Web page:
This story ties unemployed folks to higher rates of longer squatting in cafes: The Wall Street Journal reporter writes,
Amid the economic downturn, there are fewer places in New York to plug in computers. As idle workers fill coffee-shop tables -- nursing a single cup, if that, and surfing the Web for hours -- and as shop owners struggle to stay in business, a decade-old love affair between coffee shops and laptop-wielding customers is fading.
Oddly, I believe I wrote this same story with the same concerns at the top of the market in 2005, when cafe owners were, well, already having seen the love affair dim. Taking a hint from a Seattle cafe that turned off Wi-Fi on the weekends, Victrola in Capitol Hill, I wrote in the New York Times four years ago:
...there was also a disadvantage [to offering free Wi-Fi], staff members said: the cafe filled with laptop users each weekend, often one to a table meant for four. Some would sit for six to eight hours purchasing a single drink, or nothing at all.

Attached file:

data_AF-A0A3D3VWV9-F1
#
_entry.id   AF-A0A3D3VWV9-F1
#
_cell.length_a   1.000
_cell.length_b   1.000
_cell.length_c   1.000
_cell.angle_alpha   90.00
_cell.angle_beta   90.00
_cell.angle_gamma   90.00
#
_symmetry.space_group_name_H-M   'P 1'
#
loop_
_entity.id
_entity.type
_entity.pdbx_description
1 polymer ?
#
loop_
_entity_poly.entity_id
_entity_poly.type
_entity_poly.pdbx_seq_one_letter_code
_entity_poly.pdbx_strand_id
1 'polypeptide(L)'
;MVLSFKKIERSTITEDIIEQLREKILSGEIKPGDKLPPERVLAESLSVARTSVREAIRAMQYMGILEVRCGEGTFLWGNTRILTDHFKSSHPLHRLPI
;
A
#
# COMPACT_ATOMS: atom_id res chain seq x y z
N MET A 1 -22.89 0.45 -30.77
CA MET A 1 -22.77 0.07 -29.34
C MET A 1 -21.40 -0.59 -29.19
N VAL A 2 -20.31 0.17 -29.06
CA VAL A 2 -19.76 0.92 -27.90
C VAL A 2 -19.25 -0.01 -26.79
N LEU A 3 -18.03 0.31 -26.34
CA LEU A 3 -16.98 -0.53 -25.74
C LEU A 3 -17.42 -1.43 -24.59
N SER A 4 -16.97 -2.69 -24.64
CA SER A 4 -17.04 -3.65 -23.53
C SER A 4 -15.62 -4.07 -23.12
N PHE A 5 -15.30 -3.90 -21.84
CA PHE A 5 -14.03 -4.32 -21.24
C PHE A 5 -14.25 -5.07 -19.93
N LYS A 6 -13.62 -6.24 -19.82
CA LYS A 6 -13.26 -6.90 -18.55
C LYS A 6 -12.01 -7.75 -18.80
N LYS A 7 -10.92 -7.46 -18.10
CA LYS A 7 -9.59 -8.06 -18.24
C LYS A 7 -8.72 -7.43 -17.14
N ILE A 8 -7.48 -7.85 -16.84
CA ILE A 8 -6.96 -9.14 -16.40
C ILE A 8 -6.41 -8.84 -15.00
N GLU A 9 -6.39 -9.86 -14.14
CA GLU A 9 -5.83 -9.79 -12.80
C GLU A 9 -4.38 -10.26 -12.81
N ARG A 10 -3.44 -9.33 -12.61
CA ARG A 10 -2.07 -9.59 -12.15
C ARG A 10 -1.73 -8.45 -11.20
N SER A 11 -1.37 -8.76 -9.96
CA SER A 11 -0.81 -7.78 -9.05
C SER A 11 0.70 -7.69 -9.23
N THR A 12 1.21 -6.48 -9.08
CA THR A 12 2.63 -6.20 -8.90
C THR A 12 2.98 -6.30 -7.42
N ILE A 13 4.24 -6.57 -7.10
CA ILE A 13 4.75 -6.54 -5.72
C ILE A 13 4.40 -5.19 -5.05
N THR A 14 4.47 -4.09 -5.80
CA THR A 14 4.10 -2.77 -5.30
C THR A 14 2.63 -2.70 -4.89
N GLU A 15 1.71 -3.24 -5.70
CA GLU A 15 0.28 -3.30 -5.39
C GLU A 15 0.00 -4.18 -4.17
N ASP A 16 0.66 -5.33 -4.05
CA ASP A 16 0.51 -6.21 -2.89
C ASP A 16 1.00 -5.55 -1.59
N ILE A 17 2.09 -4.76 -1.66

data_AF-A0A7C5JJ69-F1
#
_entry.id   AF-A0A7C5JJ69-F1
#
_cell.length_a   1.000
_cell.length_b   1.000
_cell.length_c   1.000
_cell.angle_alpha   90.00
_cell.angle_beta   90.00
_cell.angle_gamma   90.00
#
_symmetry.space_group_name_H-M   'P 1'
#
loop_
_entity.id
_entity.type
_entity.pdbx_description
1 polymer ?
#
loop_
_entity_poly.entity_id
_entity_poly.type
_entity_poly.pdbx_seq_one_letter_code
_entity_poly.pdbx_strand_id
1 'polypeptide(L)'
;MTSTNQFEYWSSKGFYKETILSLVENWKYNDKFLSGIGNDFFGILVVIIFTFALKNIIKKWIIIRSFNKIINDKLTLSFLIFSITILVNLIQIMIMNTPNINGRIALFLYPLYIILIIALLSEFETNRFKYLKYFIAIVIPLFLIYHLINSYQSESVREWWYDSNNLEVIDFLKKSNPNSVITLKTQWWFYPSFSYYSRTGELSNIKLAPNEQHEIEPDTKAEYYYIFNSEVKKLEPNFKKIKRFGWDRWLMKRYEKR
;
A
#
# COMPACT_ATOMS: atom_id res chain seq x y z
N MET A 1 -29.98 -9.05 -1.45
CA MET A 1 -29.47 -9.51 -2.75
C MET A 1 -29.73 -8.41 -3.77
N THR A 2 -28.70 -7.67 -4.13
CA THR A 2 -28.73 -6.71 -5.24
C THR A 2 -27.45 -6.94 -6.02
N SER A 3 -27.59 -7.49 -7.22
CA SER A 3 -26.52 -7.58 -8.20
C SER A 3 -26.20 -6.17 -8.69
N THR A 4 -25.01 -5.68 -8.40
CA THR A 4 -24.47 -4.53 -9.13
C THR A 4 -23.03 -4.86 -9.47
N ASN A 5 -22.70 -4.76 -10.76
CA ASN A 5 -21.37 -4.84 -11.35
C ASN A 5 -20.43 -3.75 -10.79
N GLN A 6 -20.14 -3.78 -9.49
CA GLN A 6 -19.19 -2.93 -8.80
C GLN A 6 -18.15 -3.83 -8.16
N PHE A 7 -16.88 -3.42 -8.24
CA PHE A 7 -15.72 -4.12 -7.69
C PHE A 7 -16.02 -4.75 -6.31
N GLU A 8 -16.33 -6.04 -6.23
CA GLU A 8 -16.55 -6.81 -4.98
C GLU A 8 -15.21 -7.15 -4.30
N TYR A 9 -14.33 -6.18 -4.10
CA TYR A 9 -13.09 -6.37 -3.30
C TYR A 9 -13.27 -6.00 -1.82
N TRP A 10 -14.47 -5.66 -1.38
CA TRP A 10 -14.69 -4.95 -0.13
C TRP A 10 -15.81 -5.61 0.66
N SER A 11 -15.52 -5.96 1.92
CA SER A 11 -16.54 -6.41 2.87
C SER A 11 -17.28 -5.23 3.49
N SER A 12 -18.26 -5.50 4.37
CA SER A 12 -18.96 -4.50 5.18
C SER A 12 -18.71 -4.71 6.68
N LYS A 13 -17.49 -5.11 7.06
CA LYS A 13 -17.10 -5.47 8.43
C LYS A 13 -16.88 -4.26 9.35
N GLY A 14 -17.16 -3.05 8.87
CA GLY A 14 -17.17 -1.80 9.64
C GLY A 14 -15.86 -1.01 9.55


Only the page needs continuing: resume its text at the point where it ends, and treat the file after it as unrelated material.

(I also wrote about Victrola in more detail on this blog.)
This conflict between squatter and cafe owner has been true since Wi-Fi started to become heavily used as it became a standard feature in laptops or available through a cheap add-on card back in 2002 to 2003. Cafes that had attached an AirPort router to a DSL connection suddenly found themselves a bit at sea.
I have heard repeatedly (as the WSJ article notes) that there are folks who are either shameless enough or feel entitled enough that they bring in their own food or coffee, or purchase nothing, and then complain when asked to make a purchase or leave.
There's nothing new here, but it's interesting to see an old trend get hooked to the latest problem that brings people into "third places," away from home and work--especially given that they may have no work.